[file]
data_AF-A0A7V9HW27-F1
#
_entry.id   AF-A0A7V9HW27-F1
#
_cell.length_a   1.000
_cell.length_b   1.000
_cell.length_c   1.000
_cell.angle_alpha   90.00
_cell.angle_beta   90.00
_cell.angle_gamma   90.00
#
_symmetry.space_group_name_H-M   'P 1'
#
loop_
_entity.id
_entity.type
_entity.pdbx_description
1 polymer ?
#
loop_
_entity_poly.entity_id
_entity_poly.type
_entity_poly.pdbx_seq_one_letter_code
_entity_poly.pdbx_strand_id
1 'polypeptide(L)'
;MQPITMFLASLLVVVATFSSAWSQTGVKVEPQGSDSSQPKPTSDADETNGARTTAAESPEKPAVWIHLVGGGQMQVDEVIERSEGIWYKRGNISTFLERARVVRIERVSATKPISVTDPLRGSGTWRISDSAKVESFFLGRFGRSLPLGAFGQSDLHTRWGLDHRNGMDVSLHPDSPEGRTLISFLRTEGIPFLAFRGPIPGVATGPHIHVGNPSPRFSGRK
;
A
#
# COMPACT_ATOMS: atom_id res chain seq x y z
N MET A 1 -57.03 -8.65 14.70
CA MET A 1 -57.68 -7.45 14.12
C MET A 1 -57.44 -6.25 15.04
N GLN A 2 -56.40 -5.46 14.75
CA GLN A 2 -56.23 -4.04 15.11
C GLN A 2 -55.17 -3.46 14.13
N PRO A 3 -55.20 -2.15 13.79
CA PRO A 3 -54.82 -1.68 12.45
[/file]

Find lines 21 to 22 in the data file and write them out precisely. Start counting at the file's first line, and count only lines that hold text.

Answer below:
_entity_poly.entity_id
_entity_poly.type